En bloc TUR of bladder tumours: a new standard?

Naselli Angelo1, Paolo Puppo2
  • 1 Ospedale San Giuseppe, Gruppo Multimedica (Milano)
  • 2 Istituti Clinici di Pavia e Vigevano - Gruppo San Donato (Pavia)


Trans urethral resection (TUR) of bladder tumor is one of the most frequent procedures performed in urology. Indeed, it is one of the most controversial [1]. It clearly violates oncological basic principles inasmuch tumor must be fragmented to be resected and retrieved from the bladder. Fragmentation is at the base of two major flaws. First, the pathological examination of the specimen is frankly impaired. Margins cannot be properly assessed and infiltration of the sub-urothelial connective or of the muscular tissue may be underestimated or even missed. Second, seeding of urothelial cancerous cells, which may lead to recurrence, may easily occur after tumor resection and fragmentation. En bloc transurethral resection (EBTUR) is supposed to overcome the major flaws of conventional TUR. It is not a new procedure, since it has been described the first time in 1980 in Japan [2], but only in the last decade, the interest in technical improvements of TUR has been renewed [1]. We performed a literature review to assess up to date results of EBTUR and to answer the question if EBTUR may be considered as the new golden standard for endoscopic treatment of bladder tumors

Materials and Methods

We performed a systematic review of the available literature about EBTUR. A search across PUBMED was performed with the following keys “bladder cancer” [MESH term] & “en bloc” and “en bloc resection bladder tumor” in July, 20th, 2016. Respectively, 132 and 160 papers were found. After reading the abstract, 118 and 141 were excluded by Authors because they were off topic, reviews and opinions. After matching the list of the remaining 14 and 20 items, 14 were excluded because duplicates, 2 because case reports, and 2 because not written in English. Thus, a list of 16 original papers was included in the review [3-18]. Finally, after reading thoroughly the references of the selected papers, one more significant item was added [19]. Main outcomes were safety (complications rate), pathological assessment (incidence of detrusor muscle in the specimen and rate of appropriate staging), and oncological control (recurrence rate, surgical margins, rate of residual disease)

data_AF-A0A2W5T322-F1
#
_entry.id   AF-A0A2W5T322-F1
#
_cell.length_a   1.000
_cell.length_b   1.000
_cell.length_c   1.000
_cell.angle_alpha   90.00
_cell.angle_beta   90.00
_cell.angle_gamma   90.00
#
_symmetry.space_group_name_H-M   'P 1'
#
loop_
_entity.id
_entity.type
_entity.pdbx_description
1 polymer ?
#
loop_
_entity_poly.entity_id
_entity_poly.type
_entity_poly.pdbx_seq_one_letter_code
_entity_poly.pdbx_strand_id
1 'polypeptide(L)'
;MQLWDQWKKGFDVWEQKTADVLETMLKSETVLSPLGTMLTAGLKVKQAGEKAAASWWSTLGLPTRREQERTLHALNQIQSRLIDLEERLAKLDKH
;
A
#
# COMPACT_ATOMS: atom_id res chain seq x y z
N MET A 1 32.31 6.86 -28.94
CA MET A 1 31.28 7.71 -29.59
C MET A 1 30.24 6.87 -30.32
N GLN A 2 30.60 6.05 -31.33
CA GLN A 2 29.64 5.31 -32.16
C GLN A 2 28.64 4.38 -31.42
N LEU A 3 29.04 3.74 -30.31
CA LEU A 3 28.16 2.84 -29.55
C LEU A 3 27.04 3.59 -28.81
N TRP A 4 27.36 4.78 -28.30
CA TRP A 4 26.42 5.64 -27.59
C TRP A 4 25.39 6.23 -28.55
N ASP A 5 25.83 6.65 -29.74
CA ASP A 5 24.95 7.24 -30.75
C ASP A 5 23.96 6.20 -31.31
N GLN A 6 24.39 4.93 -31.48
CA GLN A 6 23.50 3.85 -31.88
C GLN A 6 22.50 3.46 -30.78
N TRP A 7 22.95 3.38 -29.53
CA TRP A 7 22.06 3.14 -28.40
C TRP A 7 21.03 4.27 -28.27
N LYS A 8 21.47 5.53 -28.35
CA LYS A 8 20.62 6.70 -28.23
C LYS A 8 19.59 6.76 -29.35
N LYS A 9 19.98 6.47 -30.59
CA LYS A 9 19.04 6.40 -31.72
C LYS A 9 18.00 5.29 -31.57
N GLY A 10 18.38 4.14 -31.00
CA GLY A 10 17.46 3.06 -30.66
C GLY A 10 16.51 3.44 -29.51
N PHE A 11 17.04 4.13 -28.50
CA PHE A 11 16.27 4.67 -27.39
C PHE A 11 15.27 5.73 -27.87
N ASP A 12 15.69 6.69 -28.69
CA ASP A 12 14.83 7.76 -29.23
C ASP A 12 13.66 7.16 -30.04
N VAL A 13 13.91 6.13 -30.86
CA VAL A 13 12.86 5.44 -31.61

Overall, 895 patients have been submitted to EBTUR, accounting for 1191 lesions. Forty complications (4%) were computed. Only 10 (1%) were grade III, mostly bladder perforation or bleeding. Fifty-nine conversions (6.5%) to conventional TUR have been reported because of “difficult” locations of tumors or failure to extract the specimen. Several series, accounting for 763 patients, report about incidence of detrusor muscle in the specimen. Overall, 731 (96%) cases with detrusor muscle were computed. Tumor stage remained uncertain only in 12 (1.5%) cases. Follow up data were available for 544 patients. Mean follow up ranged from 9.3 to 40 months. Recurrence rate varied from 6% to 55%. Most of the recurrence occurred outside primary tumor site. Mean weighted follow up across all series was 20 months, whereas overall recurrence rate was 23%.


Conventional TUR of bladder tumor is generally performed with a 24/26 Ch continues flow resectoscope and standard loop. Tumor is fragmented in chips by the “incise and scatter” technique and extracted with a syringe or an Ellik evacuator through the working channel. Cell seeding may occur during resection as well as during extraction of tumor. Moreover, tumor fragmentation impairs pathological examination. There is no clear orientation of the specimen, muscular or sub connective tissue infiltration may be underestimated or even missed as well as a proper assessment of surgical margins is impossible, even if additional biopsies of the resection bed and of perilesional margins are performed. Conversely, EBTUR respects the oncological principle of specimen integrity with a safety margin of healthy tissue. Even if the first paper about EBTUR has been printed in the Eighties [2], it is yet in its infancy inasmuch only about a thousand of cases have been published up to date. Despite a similar surgical technique, a great variety of equipments for resection and for specimen extraction has been used, adding heterogeneity to the results interpretation [3-19]. Beyond technicalities, two main aspects must be underlined. First, EBTUR is safe; the risk of serious complications is negligible whereas the overall risk of complications is comparable to historical TUR series [20]. Second, pathological assessment is by any means far more precise. The incidence of detrusor muscle in the specimen, about 95%, and the rate of appropriate staging, about 99%, are really high if compared to standard TUR [20,21].


EBTUR is safe and feasible. Pathological assessment of en bloc specimen makes the difference with respect to conventional TUR, even if a clear statement on the matter has still to be reported by pathologists, who should change their way of describing the specimen, including margins as in whatever oncological histology report. Indeed, no advantages in terms of recurrence rate have been yet disclosed. What we do really need now is a standardization of the technique, especially when it comes to specimen extraction, and larger randomized study, adequately designed to observe an oncological advantage. In the meanwhile, when it is possible, every urologist should adopt EBTUR to ensure the best histological assessment possible.


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